I am grateful to the Chairman of the Northern Ireland Select Committee for his question and his important work on this issue. The current number of officers in the PSNI is 6,795. The Chief Constable recently told the Policing Board that the minimum number he needed to perform effectively was 6,963. It is important that consideration be given to how the shortfall can be dealt with, and as I have said, I remain optimistic about the ongoing discussions between the Department of Finance and Personnel and the Department of Justice about resolving that budgetary shortfall.
If I may, Mr Speaker, I would like to pay tribute to Paul Goggins, not only a good friend of mine but a brilliant security Minister who served under me in Northern Ireland. His funeral is tomorrow.
How can the Secretary of State justify her answer to my hon. Friend the Member for Airdrie and Shotts (Pamela Nash), given that the additional security budget, which the PSNI is entitled to apply for, has been halved this year compared with the past three years—and this at a time of rising dissident threats, as we saw in Belfast city centre before Christmas?
It is just not true that it has been halved. The Government take very seriously their security responsibilities in Northern Ireland, which is why we have provided additional funds for the PSNI to deal with the deteriorating security situation we inherited from the previous Government. We will continue to be vigilant. In particular, we will continue to work closely with Irish counterparts on deepening and strengthening the cross-border co-operation that is crucial to keeping Northern Ireland safe and secure.
On policing and security and in the context of the recent Haass talks on the past, especially past terrorist crimes, will the Secretary of State take it from me that Martin McGuinness’s comments last night about extremism are seen by many on both sides of the community as not only untrue but a transparent attempt to distract from Sinn Fein’s abject lack of leadership in addressing its continued glorification of past terrorist crimes, as witnessed in Castlederg this summer, which is causing huge damage to community relations? Will she urge Sinn Fein to stop wallowing in the filth of murder?
I encourage all party leaders to continue working on the Haass issues. Perhaps the more important thing to draw from last night’s meeting of party leaders was the welcome news that they would reassemble next week and that these discussions would continue. There is an important opportunity here still to be seized by the political parties to make real progress on these divisive issues by resolving their differences and reaching agreement.
I, too, want to see those talks take place, and we hope that all parties, including Sinn Fein, will come to the table and negotiate in good faith, but will the Secretary of State recognise that severe damage has been done to policing, and to the capacity of the policing and justice system to tackle the security situation, by decisions such as the one recently to issue one of those most involved in glorifying past terrorist crimes—Gerry Kelly—with an informed warning, rather than to prosecute him, even though the threshold for prosecution was reached, for obstructing the police during a very tense parades situation? Does she not see the damage that this sort of situation is creating?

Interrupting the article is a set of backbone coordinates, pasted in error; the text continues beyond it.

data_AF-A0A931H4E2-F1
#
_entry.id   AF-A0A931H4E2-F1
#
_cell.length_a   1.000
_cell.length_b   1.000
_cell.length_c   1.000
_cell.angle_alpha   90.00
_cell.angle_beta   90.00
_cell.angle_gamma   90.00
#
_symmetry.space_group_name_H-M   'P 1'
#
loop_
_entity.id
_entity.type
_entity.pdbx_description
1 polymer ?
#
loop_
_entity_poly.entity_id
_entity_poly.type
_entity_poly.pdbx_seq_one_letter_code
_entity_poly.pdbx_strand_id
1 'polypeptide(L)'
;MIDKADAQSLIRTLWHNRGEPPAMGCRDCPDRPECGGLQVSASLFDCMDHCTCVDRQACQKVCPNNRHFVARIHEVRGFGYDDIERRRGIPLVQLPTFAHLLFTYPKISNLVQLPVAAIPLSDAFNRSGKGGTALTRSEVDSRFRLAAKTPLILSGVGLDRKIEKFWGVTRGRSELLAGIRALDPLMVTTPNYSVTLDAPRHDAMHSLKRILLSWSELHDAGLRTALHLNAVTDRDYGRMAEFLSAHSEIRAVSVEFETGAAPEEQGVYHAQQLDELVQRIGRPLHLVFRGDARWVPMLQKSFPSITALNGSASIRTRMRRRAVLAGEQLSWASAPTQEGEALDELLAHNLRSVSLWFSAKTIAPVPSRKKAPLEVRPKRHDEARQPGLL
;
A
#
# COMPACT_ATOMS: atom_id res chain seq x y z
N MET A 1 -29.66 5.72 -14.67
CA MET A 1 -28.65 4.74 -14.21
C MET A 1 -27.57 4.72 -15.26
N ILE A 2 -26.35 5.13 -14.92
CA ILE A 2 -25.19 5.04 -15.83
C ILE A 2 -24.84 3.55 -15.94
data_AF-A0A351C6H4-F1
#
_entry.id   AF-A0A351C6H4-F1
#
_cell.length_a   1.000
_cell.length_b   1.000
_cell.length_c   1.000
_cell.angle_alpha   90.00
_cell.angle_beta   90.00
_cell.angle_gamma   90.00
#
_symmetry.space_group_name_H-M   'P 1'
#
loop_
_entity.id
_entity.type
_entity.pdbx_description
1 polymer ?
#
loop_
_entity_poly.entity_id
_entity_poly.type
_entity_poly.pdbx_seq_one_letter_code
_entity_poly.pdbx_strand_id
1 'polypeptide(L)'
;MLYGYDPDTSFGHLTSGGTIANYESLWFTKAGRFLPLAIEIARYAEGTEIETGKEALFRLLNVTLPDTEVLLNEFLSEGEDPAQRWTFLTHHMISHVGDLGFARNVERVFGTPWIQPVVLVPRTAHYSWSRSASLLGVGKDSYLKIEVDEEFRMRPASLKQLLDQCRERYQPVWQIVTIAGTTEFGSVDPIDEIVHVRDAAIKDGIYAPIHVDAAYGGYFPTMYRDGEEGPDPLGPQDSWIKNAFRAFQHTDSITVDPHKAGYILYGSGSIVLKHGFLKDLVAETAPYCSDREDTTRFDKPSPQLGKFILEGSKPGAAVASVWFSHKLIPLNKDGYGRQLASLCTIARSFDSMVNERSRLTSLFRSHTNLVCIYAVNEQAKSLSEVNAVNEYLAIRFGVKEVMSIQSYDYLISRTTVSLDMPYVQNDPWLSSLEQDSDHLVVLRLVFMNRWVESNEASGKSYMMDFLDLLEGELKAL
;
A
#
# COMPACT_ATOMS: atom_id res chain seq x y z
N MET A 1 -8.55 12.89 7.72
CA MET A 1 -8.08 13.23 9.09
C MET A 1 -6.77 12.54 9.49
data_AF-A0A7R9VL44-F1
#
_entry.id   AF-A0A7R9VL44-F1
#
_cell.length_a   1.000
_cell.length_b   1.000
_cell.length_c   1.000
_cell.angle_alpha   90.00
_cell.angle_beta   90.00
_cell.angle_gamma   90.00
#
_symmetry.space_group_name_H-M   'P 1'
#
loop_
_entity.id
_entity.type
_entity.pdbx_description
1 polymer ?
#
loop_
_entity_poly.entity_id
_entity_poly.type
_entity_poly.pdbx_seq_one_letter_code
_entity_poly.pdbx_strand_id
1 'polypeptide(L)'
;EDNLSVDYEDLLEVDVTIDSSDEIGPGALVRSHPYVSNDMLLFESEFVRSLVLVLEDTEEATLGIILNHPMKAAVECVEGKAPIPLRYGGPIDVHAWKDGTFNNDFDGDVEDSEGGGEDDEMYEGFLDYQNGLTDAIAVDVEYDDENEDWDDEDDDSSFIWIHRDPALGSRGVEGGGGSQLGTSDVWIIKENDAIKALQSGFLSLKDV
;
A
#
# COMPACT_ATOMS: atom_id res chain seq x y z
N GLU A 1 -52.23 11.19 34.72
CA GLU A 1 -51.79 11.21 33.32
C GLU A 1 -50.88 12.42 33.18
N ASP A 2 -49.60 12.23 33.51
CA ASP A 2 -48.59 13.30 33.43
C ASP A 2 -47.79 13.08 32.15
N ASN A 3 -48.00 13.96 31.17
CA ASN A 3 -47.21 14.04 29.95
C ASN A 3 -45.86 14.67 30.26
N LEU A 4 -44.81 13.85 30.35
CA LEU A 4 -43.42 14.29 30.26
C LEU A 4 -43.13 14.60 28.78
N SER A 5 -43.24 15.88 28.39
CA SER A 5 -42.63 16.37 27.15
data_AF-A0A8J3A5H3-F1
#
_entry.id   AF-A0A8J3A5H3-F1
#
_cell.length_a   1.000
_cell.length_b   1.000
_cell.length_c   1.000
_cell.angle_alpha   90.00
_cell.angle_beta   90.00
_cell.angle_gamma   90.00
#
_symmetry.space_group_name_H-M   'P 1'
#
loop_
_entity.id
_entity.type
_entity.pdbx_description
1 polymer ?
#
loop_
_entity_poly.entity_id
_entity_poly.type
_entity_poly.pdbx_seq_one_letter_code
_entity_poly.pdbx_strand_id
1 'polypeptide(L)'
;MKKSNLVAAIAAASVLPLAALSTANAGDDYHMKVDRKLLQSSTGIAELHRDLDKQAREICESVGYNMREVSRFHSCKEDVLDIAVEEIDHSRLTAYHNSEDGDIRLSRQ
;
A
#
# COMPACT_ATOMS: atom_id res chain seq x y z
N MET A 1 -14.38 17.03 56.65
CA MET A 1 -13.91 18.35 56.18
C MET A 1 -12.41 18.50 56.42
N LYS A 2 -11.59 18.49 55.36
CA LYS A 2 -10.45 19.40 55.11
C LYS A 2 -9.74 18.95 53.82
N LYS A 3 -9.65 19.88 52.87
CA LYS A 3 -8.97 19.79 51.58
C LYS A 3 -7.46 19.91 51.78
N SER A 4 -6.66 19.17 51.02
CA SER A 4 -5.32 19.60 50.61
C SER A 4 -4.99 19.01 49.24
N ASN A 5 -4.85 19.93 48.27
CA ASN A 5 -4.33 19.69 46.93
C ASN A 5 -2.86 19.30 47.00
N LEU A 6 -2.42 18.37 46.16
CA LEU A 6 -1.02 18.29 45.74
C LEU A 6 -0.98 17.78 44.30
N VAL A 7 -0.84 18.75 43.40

As other hon. Members have said, Northern Ireland faces a number of security challenges at the start of this new year: the terrorist threat from dissident republicans and the potential threat to law and order posed by the downgrading of the Parades Commission. In the light of those risks, will the Secretary of State assure us—and give a specific answer—that the PSNI has an adequate number of front-line police officers to cope with these challenges, and, specifically in respect of the terrorist threat, that she is liaising with Home Office colleagues to ensure proper police co-ordination across the United Kingdom?
On the last point, I had the opportunity to discuss Northern Ireland matters with the Home Secretary yesterday, and my officials stay in regular touch with Home Office colleagues. The hon. Gentleman probably did not hear my earlier answer. There are currently 6,795 officers in the PSNI, while the Chief Constable believes that he needs 6,963, so there is a shortfall and the Chief Constable wishes to start recruiting once again. The UK Government are anxious to ensure that that is possible. That is one of the reasons why we have allocated additional national security funding. We are also working with the DOJ to ensure that discussions with the DFP reach a satisfactory conclusion on the Northern Ireland Executive’s contribution.
That shortfall is a serious concern, and it is important that the Secretary of State does something about it.
Turning to another issue, I had the privilege yesterday of meeting representatives of the Disabled Police Officers Association of Northern Ireland. I heard first hand the moving and disturbing testimonies of retired police officers who suffered lasting physical and mental scars through their work on the front line during the troubles. Does the Secretary of State accept that we owe a great debt of gratitude to these retired officers, and will she make representations to Ministers in the Northern Ireland Executive about the erosion of their injury pension rights?
The Minister of State, Northern Ireland Office, my right hon. Friend the Member for South Leicestershire (Mr Robathan) met the Disabled Police Officers Association of Northern Ireland, and I would like to associate myself with the shadow Secretary of State’s comments to the effect that we owe them a huge debt of gratitude. The representations made at that meeting will, of course, be taken up with the Northern Ireland Executive. My understanding is that decisions on these matters lie primarily within the devolved field.
We have worked hard with the Executive to adapt our reforms flexibly to the circumstances of Northern Ireland. These reforms will ensure that work always pays and will help to lift people out of poverty by moving them into work. When fully implemented, universal credit will make around 3 million low-to-middle-income households across the UK better off.